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Legal Rights of Marylanders

by J. Joseph Curran Jr., Attorney General

Adults who are not mentally disabled generally have the right to decide for themselves whether they want medical treatment. This right to decide – to say yes or not to treatment – extends to treatments needed to sustain life.

Tragically accident or illness can take away a person's ability to make health care decisions. But decisions still have to be made; if you cannot do so, someone else will, in some situations after the burden and delay of court proceedings. you should consider whether you want to take steps now to control these decisions, so that they will reflect your own wishes.

Maryland Law recognizes three ways of making health care decisions for the future, including decisions about treatments needed to sustain life. These three ways are: a living will, a power of attorney for health care (often called "a durable power of attorney"), and a documented discussion with your physician.

Living Will

A living will is a specific legal form, approved by the Maryland Legislature, in which you can say that you do not want life-sustaining treatment if you are in a terminal condition. A living will speaks only to treatment at the last stage of a terminal condition. It goes into effect when two doctors conclude that you are no longer able to decide matters for yourself and that your condition is terminal.

You should particularly focus on whether you want your living will to contain a decision about food and water through tubes. If you decide that you do not want artificially supplied food and water, you must add a sentence to the standard living will form saying so.

Durable Power of Attorney for Health Care

A power of attorney for health care (often called a "durable power of attorney" is a legal document that lets you name someone you know and trust, your agent, to make health care decisions for you. you decide how much power your agent has and when the agent can exercise that power. If you want, you can give your agent broad power to make any decision about treatment that you could make. Unlike a living will, a power of attorney for health care need not be limited to terminal conditions. It can allow your agent to deal with whatever treatment issues might come up.

In addition to giving your agent power to make decisions on your behalf, you can also use the power of attorney for health care to say what you want done in some situations. No one can predict every decision that might have to be made, but your written guidance about your wishes can help your agent for example by telling your agent whether you want life sustaining treatment in case of terminal condition or permanent loss of consciousness.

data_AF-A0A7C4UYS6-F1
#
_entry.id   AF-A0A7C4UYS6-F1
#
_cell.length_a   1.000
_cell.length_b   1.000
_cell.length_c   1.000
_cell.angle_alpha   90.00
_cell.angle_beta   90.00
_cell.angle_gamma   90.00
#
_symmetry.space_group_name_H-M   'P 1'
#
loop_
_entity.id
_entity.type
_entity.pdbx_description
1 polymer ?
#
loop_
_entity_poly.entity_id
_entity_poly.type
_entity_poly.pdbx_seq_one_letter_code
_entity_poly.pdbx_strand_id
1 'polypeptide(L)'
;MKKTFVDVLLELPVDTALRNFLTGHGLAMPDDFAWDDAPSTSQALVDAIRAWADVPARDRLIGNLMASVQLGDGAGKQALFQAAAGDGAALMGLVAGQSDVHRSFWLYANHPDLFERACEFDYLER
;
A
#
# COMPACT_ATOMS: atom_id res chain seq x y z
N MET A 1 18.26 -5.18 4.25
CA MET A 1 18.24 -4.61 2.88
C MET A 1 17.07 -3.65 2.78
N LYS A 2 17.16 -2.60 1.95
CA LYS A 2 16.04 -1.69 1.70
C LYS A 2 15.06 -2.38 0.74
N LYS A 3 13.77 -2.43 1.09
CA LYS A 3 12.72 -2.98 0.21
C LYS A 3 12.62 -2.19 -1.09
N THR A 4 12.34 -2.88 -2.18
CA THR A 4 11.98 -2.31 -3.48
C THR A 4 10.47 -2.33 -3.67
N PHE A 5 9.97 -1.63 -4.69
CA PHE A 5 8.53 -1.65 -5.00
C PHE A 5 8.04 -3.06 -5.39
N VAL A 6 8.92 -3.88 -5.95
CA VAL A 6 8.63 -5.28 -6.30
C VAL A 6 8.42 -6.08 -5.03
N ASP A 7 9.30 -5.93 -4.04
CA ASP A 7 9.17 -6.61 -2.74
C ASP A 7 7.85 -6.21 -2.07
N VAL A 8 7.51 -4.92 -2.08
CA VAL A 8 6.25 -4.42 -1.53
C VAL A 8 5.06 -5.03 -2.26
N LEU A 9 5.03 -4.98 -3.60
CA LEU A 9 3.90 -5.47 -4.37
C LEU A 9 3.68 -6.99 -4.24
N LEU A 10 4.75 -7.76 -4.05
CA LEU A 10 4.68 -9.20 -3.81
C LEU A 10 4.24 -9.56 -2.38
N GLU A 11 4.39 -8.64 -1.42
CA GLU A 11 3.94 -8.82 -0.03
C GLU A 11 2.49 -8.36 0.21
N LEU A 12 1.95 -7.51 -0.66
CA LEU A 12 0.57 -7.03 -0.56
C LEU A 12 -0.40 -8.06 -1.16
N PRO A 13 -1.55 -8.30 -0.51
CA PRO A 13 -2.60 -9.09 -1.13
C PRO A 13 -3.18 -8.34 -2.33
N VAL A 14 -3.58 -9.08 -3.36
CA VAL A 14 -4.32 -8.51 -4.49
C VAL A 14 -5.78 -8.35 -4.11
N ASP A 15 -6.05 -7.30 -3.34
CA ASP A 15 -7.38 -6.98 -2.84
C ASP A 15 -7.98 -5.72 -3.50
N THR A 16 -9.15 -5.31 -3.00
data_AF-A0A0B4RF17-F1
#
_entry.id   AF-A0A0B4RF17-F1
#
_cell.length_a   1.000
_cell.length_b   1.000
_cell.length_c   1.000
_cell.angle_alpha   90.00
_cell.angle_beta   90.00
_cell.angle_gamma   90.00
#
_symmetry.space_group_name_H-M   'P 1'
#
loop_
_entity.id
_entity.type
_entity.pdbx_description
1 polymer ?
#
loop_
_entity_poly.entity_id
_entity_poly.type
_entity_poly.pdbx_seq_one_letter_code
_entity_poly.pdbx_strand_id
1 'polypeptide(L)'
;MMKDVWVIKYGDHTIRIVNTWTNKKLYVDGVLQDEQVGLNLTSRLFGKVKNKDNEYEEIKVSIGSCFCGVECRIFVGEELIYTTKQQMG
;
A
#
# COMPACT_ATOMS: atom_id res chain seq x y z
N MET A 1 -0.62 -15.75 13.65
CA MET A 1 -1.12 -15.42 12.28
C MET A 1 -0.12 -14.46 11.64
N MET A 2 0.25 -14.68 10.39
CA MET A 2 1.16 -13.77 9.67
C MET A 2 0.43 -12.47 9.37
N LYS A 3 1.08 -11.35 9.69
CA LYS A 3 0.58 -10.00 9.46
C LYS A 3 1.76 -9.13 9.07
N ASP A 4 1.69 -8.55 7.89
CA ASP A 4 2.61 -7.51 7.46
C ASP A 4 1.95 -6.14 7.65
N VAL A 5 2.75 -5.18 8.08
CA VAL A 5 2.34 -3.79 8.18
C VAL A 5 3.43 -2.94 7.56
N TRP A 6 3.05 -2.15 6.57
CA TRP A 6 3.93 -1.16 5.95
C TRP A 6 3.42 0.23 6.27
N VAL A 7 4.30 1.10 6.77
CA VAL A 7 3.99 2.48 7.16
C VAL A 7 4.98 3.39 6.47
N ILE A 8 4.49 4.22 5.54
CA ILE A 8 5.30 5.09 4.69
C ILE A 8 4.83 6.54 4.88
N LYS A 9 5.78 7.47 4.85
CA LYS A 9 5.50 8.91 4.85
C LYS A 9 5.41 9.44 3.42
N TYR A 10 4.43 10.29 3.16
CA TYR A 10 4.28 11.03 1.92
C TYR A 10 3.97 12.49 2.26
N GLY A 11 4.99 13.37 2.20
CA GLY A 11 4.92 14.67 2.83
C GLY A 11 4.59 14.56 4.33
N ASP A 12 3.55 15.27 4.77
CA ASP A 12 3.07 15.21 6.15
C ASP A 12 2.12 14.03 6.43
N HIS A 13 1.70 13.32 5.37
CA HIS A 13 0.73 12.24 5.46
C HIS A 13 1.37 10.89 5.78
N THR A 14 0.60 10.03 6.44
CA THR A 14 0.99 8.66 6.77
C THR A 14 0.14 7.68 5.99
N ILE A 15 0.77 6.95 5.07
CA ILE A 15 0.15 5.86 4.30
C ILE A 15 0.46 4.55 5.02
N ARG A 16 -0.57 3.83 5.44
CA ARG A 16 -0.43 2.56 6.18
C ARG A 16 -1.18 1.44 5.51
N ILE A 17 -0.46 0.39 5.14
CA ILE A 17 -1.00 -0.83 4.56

Discussion with Physician

Adults often make health care decisions during discussions with their physician. The physician describes the options and explains the pros and cons of each; but you make the final decision.

The same process can be used to decide about the possible use of life sustaining treatment, what sorts of medical intervention you want, given particular situations that might occur. For example, you might decide in this way about the use of CPR (cardiopulmonary resuscitation). If your decision is written in your medical record at the time it is made, it is legally effective and should be honored by your health care providers. You should look at what is written down to make certain that it reflects your wishes.

Conclusion

A summary like this cannot answer all of your questions. If you have questions about your particular legal situation, please talk to a lawyer. Also talk to your health care provider about the medical issues. Let those who will be caring for you know what you have decided.

If you would like a copy of forms for a living will and power of attorney for health care, write to the Maryland Attorney General's office, Opinions Section, 200 Saint Paul Place, Baltimore, Maryland 21202.